Earlier today, British researchers announced a disappointing setback in the fight against HIV: The anti-HIV gel PRO 2000 was found to be completely ineffective against preventing HIV.
Earlier this year, researchers announced their hopes for an HIV-vaccine, only to encounter significant backlash when it was revealed that the vaccine was probably not as effective as initially published. The reduction in HIV infections found in the vaccine trial was only 26% - not enough to be statistically significant. Similarly, despite an early trial in March, which found that the use of PRO 2000 could reduce infections by 30%, the Medical Research Council announced today that the early findings were inconclusive, and further research reveals that the microbicide offers no protection.
Dr. Sheena McCormack from the MRC expressed her disappointment at the outcome. Researchers had hoped that the vaginal gel would give women the power to protect themselves against HIV without the cooperation of a partner: since many men refuse to wear condoms, the gel would have served as a good alternative. Trials in Africa indicated that both men and women found its use acceptable. But the latest trial of over 3,000 women in Uganda showed that 4.0% of the women on the placebo gel became infected, versus 4.1% of those given the microbicide gel. "It very clearly doesn't work," said McCormack. "Nevertheless, we know this is an important result and it shows clearly the need to undertake trials which are large enough to provide definitive evidence for whether or not a product works," she added.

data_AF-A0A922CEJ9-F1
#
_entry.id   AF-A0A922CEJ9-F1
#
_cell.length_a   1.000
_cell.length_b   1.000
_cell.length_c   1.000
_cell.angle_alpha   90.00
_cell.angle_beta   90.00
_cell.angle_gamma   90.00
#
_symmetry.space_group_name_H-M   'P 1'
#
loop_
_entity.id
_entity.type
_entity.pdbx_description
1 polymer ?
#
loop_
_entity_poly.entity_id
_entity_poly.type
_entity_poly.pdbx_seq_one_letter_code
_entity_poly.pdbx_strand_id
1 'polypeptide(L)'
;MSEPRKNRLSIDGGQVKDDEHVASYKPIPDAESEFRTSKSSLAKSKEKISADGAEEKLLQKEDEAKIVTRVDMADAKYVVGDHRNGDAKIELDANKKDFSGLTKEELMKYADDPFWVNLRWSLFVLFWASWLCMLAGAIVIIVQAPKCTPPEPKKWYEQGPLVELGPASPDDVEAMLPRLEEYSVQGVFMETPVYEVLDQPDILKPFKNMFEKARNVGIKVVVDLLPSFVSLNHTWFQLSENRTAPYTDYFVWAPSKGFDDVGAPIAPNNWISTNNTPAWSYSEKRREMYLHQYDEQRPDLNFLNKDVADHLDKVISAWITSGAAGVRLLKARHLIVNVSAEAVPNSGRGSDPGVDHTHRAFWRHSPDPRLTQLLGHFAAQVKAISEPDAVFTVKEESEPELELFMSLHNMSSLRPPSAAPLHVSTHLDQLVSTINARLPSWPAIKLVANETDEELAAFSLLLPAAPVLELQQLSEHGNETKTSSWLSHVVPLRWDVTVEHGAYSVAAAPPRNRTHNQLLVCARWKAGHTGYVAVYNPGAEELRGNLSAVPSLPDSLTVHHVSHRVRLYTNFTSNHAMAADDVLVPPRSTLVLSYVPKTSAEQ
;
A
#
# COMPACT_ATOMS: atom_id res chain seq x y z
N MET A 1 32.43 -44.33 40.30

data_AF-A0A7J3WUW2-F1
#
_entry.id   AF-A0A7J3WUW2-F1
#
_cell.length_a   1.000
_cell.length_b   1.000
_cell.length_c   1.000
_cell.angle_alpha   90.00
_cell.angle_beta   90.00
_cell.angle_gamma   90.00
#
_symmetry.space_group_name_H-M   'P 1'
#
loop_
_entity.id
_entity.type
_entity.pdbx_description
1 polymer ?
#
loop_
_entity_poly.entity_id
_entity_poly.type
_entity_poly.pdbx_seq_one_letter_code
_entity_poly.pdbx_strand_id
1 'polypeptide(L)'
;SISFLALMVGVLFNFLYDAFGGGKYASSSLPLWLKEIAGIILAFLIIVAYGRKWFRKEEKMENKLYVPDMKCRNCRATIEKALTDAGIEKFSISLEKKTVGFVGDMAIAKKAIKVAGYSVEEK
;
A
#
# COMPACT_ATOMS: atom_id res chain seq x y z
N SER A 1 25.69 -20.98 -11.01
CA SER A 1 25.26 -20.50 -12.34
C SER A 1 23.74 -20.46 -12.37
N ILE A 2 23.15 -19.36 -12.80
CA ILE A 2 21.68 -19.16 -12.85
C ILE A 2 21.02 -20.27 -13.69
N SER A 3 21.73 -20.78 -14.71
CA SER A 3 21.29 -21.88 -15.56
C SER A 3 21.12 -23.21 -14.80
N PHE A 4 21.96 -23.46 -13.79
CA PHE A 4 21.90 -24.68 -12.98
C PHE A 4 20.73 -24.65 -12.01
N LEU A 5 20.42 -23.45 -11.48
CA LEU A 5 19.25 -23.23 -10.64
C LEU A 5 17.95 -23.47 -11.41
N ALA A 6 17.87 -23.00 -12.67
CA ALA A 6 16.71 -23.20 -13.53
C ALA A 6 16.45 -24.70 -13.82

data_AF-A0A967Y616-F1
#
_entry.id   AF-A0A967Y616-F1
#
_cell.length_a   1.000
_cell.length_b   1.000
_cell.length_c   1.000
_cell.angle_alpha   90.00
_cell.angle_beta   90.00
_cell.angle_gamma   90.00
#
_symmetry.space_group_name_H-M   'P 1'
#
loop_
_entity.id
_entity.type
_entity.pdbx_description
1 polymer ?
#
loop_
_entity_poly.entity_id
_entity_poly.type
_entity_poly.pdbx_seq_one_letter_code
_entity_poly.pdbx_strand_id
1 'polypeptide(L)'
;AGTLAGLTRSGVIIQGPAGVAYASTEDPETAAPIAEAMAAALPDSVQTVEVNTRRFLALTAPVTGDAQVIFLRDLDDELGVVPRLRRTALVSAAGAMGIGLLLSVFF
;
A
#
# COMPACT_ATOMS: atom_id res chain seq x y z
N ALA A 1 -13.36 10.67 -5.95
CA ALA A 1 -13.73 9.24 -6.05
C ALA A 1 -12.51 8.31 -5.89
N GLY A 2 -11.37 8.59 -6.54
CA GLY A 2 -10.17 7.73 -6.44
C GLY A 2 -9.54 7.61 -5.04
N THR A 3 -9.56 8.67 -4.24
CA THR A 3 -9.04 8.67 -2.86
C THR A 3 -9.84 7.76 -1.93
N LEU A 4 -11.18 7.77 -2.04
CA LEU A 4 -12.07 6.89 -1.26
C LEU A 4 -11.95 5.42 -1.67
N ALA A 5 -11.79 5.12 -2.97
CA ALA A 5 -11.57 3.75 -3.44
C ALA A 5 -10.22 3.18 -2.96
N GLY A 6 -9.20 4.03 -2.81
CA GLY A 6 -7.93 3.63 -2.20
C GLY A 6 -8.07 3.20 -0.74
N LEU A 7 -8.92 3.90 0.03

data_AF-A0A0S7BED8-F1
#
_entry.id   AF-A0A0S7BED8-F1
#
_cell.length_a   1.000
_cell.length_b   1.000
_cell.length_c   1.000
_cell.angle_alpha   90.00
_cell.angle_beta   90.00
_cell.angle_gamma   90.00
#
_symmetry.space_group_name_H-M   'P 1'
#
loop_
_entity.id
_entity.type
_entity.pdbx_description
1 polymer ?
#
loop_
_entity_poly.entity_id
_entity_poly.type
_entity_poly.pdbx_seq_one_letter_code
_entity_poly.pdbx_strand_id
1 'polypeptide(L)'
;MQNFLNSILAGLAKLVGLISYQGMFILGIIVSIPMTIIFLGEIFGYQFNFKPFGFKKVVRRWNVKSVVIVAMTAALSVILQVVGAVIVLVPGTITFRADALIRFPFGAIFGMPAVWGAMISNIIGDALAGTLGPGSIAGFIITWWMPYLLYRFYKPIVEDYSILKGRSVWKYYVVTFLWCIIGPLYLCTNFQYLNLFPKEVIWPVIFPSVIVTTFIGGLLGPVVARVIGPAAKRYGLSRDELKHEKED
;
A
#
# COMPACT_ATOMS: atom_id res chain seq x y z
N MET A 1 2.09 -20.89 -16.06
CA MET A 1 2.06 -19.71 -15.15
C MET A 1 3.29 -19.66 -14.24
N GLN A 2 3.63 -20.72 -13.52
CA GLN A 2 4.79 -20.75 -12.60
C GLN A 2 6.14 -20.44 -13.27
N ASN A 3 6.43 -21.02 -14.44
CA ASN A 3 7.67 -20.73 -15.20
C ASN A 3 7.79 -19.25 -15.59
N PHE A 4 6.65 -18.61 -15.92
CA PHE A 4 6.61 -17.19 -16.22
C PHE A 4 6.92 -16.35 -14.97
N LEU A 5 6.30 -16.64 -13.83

Professor Gita Ramjee, who works at a clinic in South Africa and has conducted five separate trials of the gel, reports that at least the women involved in the trial received health care they otherwise wouldn't have. But she still felt "very despondent" at having to tell her staff that the microbicide doesn't work. "A lot of my staff are HIV positive and do a lot of counseling and they hear the pleas of women who say we desperately need something to prevent HIV infection because our partners don't want to wear condoms." Fortunately, there may be hope yet. Participants report that the gel was easy to use, and generally enjoyable for both partners. "It's time to give up on this type of chemical, but not on the idea," said McCormac.
Anti-HIV Gel Hopes Dashed By Trial Results [Guardian]
Vaginal HIV Gel Fails To Cut Risk [BBC]
Aids Research Suffers Setback As Big Trial Of 'Infection Blocking' Gel Fails [Times]
Anti-HIV Vaginal Gel Fails [New Scientist]